Antitrust approvals have now been received from both countries for a joint venture on the trunk route between Nairobi and Johannesburg, Kilavuka says. The companies will share revenue and costs and co-operate on capacity on the route, with a start date to be announced shortly.
Kenya Airways and South African Airways believe that their best chance of ending years of losses lies together, but both need to address their legacies of excessive debt. The privatisation of South African Airways, which was in administration between December 2019 and April 2021, has yet to be concluded, with regulators saying the co-owners of low-cost carrier Lift need to be excluded from the purchasing Takatso consortium.
Shares of debt-loaded Kenya Airways, meanwhile, haven’t traded since 2020. A restructuring plan was introduced under former President Uhuru Kenyatta in 2021, as part of which the government would take over $800m of debt. Kilavuka says he’s confident that the government of President William Ruto will “revalidate” the company’s business plan, but that it’s not yet clear how the restructuring will be paid for.
Kenya’s public finances are under pressure, with the government facing a $2bn Eurobond maturity in June 2024. Kilavuka says the government has to juggle competing priorities, but is “committed to supporting us both directly and indirectly.”
For now, the company is working on a new capital structure, but there isn’t a prospective investor in the pipeline. Kilavuka doesn’t see that preventing progress on the pan-African project. “You can chew gum and climb the stairs at the same time,” he says. Some investors, he adds, are showing interest in investing in both Kenya Airways and a pan-African operation, while other unnamed airlines are “knocking on the door” wanting to join.
Government support for Kenya Airways is contingent on “permanent cost reduction measures, increased productivity, and improved operational efficiencies,” the company said in a statement on 9 May. Pay discussions with pilots are an issue which has yet to be concluded. Most items have been agreed but some are still outstanding, Kilavuka says. He’s aiming for the “fundamental” issues with the pilots to be solved by 30 June.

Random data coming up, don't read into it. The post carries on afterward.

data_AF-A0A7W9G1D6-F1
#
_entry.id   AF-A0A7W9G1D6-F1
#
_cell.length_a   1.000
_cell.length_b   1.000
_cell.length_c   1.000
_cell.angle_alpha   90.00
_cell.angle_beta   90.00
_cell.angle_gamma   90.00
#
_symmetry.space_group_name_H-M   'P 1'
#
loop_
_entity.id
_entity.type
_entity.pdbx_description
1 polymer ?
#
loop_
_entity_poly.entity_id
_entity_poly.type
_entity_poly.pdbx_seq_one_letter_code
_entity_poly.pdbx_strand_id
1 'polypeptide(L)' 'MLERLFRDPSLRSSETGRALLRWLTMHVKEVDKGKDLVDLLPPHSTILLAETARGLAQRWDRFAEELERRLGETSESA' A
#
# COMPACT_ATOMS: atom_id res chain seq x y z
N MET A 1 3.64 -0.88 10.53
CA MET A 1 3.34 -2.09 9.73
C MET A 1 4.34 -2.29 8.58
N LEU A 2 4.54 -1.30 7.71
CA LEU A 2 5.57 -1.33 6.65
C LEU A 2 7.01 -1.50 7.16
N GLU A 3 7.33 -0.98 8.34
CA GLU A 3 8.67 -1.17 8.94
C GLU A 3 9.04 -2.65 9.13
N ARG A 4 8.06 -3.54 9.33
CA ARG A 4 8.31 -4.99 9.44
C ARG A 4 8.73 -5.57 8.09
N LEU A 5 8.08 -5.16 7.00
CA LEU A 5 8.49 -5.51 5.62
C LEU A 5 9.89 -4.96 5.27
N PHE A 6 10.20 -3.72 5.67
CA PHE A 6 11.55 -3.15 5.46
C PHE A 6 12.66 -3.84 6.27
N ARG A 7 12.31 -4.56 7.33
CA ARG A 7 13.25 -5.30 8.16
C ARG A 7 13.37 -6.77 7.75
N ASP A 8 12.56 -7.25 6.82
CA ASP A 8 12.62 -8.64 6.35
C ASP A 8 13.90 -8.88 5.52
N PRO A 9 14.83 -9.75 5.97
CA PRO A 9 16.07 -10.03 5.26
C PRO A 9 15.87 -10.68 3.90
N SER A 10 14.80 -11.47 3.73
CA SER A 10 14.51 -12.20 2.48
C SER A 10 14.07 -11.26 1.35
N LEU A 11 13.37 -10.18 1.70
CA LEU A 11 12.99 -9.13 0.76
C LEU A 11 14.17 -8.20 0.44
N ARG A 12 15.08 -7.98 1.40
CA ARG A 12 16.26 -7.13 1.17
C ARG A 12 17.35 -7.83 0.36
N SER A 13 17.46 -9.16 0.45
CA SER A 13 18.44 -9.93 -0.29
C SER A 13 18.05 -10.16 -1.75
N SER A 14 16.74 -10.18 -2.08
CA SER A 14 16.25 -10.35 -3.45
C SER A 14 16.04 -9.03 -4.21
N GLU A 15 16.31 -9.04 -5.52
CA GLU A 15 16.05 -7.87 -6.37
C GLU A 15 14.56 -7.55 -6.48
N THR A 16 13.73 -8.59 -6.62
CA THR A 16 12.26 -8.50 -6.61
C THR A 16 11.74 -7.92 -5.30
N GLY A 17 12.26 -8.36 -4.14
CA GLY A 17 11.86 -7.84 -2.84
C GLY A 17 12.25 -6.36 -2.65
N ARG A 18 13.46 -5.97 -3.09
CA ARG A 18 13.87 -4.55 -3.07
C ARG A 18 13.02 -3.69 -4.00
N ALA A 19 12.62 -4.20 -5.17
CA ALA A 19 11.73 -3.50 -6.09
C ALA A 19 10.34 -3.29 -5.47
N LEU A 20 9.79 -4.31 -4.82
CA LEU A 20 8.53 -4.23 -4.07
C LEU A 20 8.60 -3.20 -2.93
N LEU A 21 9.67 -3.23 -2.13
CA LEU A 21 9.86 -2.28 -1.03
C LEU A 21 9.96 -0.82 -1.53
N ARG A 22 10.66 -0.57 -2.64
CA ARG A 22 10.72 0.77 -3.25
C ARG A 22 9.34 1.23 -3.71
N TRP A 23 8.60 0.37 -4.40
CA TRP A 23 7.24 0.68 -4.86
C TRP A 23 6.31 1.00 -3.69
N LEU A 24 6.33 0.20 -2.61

Cargo demand weakens
Kilavuka is aiming to make Kenya Airways profitable in 2024. The fundamentals for the business are strong, he argues, pointing to a favourable location, talent pool and prospects for increased African air traffic in the long term.
The company is seeking to reduce reliance on passenger traffic. For the moment, cargo volumes have declined due in part to global financial instability, Kilavuka says. “Demand is softening,” Kilavuka says. Volumes are “not as we expected them to be.”
Cargo currently accounts for about 10% of the company’s business, and Kilavuka wants to increase that to between 20% and 25% over time. One contributor to that will be cold-storage cargo, for which Kenya Airways has now received certification from the International Air Transport Association (IATA). That will allow the airline to transport agricultural produce and vaccines. “Cold storage is going to be fundamental,” Kilavuka says.
Unmanned drones are another avenue for diversification. The airline has been using drones for agricultural uses such as field inspection, spraying and fertilizer application, providing a “cheaper and more accurate” solution for farmers, Kilavuka says. He’s waiting for certification to be able to extend drone use to inspecting the company’s own aircraft, which he hopes to secure within the next year.
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